Nigeria Faces Over $593.6 Million in Losses Due to Underwater Cable Damage


NetBlocks, through its Cost of Shutdown Tool (COST), has disclosed that Nigeria incurred a loss of ₦273 billion ($593.6 million) over a span of four days.

Top10VPN has estimated that the internet outages in West and Central Africa have incurred a cost of $112.5 million (USD) up to midday on Friday. This is a result of the recent undersea cable damage, which caused users to be left stranded on Thursday. The estimation is based on an average loss of internet connectivity for thirty-one hours.

During the period of Thursday, March 14, to Sunday, March 17, 2024, the country incurred a loss exceeding ₦273.98 billion ($593.6 million) based on the exchange rate as of May 2023, as indicated by the cost indicator.

NetBlocks, a leading cybersecurity and Internet governance organization, utilizes the Cost of Shutdown Tool (COST) to gauge the financial repercussions of an Internet outage, mobile data disruption, or app constraints. This tool draws on data from reputable sources such as the World Bank and the International Telecommunication Union (ITU) to provide accurate estimations.

Last Thursday, Techpoint Africa highlighted the widespread Internet disruptions experienced by several African countries following damage to undersea cables. The report detailed the varying impacts on mobile network operators and Internet service providers, ultimately leading to subpar connection quality for subscribers.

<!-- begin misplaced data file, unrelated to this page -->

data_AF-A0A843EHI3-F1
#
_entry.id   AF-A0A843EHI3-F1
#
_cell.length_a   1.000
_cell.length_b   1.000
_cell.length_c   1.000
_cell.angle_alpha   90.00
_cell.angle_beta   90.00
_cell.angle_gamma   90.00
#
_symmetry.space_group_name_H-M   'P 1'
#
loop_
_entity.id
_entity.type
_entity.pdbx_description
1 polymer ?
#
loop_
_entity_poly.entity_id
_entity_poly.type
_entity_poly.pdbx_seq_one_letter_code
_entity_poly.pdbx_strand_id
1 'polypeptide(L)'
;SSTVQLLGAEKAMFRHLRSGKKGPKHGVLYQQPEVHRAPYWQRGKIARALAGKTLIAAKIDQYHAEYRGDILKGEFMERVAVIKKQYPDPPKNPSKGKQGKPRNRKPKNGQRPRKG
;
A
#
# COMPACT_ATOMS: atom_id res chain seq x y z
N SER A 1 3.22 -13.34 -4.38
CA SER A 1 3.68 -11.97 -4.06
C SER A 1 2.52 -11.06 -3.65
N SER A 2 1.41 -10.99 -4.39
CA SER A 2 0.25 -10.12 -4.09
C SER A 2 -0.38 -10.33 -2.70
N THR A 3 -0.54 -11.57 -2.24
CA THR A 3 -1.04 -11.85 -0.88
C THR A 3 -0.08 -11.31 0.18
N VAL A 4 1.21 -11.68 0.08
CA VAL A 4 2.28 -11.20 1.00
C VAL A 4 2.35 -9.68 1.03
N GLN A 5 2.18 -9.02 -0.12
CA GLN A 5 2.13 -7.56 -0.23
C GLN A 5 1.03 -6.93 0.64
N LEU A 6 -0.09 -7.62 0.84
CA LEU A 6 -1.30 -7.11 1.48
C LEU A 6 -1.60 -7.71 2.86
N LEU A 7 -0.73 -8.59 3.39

In Nigeria, the disruptions also impacted several banks, leading to customer inability to conduct transactions through bank apps and USSD services.

Following recent developments, the Nigerian Communications Commission (NCC) has officially confirmed the initiation of repair operations on significant undersea cables along the West African Coast starting from March 16, 2024.

Amidst this situation, telecommunication companies, banks, and other financial institutions have shifted their traffic to alternative service providers. Although some providers have confirmed that the service has been restored, others are still in the process of migration, leading to delays and congestion.

Ghana has announced that the repair of subsea cables may require up to five weeks. This decision comes after a meeting with the four subsea cable landing service providers—Africa Coast to Europe (ACE), MainOne, South Atlantic 3 (SAT-3), and the West Africa Cable System (WACS)—as well as mobile network operators.

In January 2024, Top10vpn, an international VPN review website, reported that Internet shutdowns resulted in a staggering $9 billion loss for the global economy in 2023, impacting a massive 747 million people. Sub-Saharan Africa ranked second to Europe, with losses totaling $1.74 billion over 30,785 hours, affecting 84.8 million Internet users.




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